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Multinational enterprises and the global economy

Multinational enterprises and the global economy

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Multinational enterprises and the global economy

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  1. Multinational enterprises and the global economy A perspective on regional and global strategies of multinational enterprises A.Rugman and A.Verbeke, 2004 Group 3

  2. Nature of globalization • Globalization is a phenomenon of trade liberalization (the increased circulation of goods) and financial liberalization (the expanded circulation of capital) around the globe. • Semi-globalization: region matters

  3. Dimensions of globalization • Geographic (concept of Triad) • Mode of entry (products, licensing, FDI) • Process under globalization (factors of production, sales)

  4. MNE • Multinational enterprise produces and/or distributes products and/or services across national boundaries • 500 largest MNE are responsible for 90% of FDI and 50% of international trade ARE THEY GLOBAL?

  5. Why globalize? • To recover innovation costs of engineered commodities (innovative and differentiate products, resulting from high capital investment and knowledge development) • To benefit from economy of scale • To exploit national differences

  6. Definitions • Global (9): 20-50% sales in every region of Triad • Bi-regional(25): 20-50% sales in two regions • Home region oriented (320): more then 50% in the region of origin • Host region oriented (11): more then 50% in the region other then region of origin • No data (135)

  7. Global companies (9) Data are for 2001

  8. Bi-regional (25) Data are for 2001

  9. Home-region based (320) Data are for 2001

  10. Host-region oriented (11) Data are for 2001

  11. Firm specific advantages (FSA) • Location-bound: benefit a company only in particular location • LB FSA are limited to home region • Growth of home region is a benefit and a threat • Learning process in host region is needed • Non location-bound: easy transferable across borders as an intermediate product • Level of transferability determines success • Balance in FSA can be achieved through regional headquarters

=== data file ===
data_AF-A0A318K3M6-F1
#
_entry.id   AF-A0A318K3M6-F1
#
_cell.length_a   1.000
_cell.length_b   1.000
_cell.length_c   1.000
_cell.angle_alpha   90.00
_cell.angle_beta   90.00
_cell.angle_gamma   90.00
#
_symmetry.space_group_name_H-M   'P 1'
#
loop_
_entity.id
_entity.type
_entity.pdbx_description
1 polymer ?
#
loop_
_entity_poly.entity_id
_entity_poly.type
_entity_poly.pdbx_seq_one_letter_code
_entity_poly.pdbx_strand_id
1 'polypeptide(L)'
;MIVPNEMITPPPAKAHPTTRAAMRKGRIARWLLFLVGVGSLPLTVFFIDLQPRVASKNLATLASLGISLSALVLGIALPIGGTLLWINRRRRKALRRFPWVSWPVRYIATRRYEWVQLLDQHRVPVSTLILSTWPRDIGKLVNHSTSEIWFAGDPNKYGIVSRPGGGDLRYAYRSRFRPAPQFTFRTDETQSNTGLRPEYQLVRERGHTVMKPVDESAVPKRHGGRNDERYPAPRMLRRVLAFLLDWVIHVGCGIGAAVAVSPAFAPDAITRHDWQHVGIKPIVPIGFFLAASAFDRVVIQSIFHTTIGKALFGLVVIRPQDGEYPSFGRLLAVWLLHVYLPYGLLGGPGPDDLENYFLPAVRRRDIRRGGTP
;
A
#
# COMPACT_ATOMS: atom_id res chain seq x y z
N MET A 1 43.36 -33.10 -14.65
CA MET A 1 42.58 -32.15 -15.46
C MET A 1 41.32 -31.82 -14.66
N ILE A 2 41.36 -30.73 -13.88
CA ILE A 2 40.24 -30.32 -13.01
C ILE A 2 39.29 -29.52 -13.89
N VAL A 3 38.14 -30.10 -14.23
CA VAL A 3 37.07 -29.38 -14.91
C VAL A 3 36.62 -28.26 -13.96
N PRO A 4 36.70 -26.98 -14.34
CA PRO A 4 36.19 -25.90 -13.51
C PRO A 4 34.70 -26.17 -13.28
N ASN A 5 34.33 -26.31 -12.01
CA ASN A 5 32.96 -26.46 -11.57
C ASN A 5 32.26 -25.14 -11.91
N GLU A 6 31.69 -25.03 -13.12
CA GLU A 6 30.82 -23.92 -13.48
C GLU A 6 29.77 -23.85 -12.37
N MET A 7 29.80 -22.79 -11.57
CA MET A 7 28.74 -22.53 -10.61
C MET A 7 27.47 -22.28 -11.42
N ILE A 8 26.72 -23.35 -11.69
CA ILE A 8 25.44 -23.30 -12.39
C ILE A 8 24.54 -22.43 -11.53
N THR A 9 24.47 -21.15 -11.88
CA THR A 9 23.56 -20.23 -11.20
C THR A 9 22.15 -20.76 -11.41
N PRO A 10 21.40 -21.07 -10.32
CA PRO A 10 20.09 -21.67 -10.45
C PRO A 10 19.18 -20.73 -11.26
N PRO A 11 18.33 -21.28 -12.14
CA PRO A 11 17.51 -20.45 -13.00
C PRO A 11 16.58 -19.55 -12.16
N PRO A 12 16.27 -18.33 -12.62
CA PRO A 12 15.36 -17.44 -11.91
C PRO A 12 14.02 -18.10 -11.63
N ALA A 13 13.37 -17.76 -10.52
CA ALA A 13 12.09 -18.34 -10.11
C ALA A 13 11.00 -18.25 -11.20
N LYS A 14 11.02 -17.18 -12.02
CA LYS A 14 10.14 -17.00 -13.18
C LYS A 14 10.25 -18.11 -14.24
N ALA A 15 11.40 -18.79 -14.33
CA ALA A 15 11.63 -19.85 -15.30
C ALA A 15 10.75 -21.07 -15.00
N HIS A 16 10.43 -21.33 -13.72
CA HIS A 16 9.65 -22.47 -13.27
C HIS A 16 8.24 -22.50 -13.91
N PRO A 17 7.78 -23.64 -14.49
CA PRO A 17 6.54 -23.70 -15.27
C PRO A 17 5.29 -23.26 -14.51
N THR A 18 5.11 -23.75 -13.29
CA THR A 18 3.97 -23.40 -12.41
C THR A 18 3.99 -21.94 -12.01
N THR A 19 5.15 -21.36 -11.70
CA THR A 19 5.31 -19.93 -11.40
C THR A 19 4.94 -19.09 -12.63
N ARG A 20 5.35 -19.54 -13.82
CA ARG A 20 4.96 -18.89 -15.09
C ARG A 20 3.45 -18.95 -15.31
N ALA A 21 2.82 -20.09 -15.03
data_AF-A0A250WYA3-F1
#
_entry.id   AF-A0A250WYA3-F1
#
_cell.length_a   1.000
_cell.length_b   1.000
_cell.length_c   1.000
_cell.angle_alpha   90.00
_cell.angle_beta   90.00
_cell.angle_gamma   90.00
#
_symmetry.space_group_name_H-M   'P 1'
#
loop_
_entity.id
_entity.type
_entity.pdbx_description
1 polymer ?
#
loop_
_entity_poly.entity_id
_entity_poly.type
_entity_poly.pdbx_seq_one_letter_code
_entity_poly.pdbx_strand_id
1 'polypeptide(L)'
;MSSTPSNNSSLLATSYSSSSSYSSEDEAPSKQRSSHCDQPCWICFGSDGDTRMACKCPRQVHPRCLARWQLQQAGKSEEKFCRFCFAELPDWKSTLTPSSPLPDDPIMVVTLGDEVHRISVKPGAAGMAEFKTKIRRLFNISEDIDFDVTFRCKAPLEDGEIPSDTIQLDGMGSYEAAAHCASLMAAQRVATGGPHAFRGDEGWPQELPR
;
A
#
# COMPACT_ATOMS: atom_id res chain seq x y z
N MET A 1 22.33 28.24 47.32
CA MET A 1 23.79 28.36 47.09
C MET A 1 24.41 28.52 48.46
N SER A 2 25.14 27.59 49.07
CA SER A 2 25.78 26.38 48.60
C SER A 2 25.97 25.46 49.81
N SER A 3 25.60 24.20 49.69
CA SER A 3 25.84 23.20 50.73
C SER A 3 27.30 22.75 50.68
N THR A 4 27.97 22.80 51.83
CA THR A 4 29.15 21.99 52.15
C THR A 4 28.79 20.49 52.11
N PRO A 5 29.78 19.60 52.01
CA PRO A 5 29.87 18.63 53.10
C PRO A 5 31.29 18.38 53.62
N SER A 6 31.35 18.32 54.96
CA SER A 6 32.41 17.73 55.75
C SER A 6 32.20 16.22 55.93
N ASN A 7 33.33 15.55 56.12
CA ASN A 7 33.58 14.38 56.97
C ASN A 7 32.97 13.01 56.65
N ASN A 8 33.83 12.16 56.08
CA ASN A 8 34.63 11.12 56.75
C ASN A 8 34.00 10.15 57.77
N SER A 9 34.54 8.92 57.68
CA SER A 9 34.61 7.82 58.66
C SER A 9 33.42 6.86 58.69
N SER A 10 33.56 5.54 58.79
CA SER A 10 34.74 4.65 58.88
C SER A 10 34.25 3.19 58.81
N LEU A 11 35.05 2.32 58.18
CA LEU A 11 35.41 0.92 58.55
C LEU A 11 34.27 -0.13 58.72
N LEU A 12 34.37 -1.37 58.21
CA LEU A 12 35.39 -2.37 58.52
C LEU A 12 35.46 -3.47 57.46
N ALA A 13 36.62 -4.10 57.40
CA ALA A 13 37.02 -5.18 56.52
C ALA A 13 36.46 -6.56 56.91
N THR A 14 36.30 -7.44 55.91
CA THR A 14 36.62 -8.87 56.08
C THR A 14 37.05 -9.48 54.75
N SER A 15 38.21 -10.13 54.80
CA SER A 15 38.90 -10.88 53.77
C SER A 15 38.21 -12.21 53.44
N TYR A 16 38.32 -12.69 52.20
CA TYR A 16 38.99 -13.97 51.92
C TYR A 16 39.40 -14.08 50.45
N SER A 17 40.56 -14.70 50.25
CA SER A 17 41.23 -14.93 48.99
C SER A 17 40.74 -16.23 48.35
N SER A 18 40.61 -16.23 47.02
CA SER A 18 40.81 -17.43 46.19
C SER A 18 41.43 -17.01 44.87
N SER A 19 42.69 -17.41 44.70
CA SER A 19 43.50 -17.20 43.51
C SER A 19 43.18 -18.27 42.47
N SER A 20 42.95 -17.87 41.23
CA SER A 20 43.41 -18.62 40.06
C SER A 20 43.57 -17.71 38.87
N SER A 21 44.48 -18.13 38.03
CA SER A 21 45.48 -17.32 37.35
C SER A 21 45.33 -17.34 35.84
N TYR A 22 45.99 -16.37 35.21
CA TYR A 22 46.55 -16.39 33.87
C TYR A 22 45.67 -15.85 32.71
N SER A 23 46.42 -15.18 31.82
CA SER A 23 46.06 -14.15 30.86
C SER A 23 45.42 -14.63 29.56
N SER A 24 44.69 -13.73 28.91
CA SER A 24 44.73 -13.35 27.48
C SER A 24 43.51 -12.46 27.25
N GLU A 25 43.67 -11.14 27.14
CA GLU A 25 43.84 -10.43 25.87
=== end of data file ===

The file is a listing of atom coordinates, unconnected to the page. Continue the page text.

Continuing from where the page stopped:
12. Type comparison

  13. Production chain • Upstream activities: offshore sourcing, rational manufacturing • Easy to organize due to similarities in management • Mainly usage of incomplete integration of factor markets (international arbitrage) • Downstream activities: distribution channels, branding • Regional organizing principals limit number of distribution strategies • Asymmetry

  14. Example: Nike • 99% of production in Asia • 58.2% of sales in Americas • 60.2% of employees in Americas • BUT 660,000 independent contract employees Strategy Brand name is a dominant FSA (downstream) also ability to link attractive host country production factors with upstream FSA

  15. Effect on structure • Different market positions, regional environment require specific strategies • Decentralization reflects involvement of regional units to corporate planning for successful downstream activities • Centralization is appropriate for planning upstream activities given information availability and reduction both production and coordination costs

  16. Effect on performance • Some benefits (taxes, cheap labor, common purchasing) are easy to realize • Expansion to home region is easy to absorb • Broader geographic scope strains absorbing capacity, especially in short run • Broader expansion promises broader benefits, but difficult to manage

  17. Conclusions • A few companies are truly global • Necessity to balance NLB FSA and LB FSA for every activity in every region • Easier to benefit from globalization in upstream activities then downstream one • For successful operation regional headquarters are essential • Performance increases in expansion of home region and decreases in broader expansion (short term)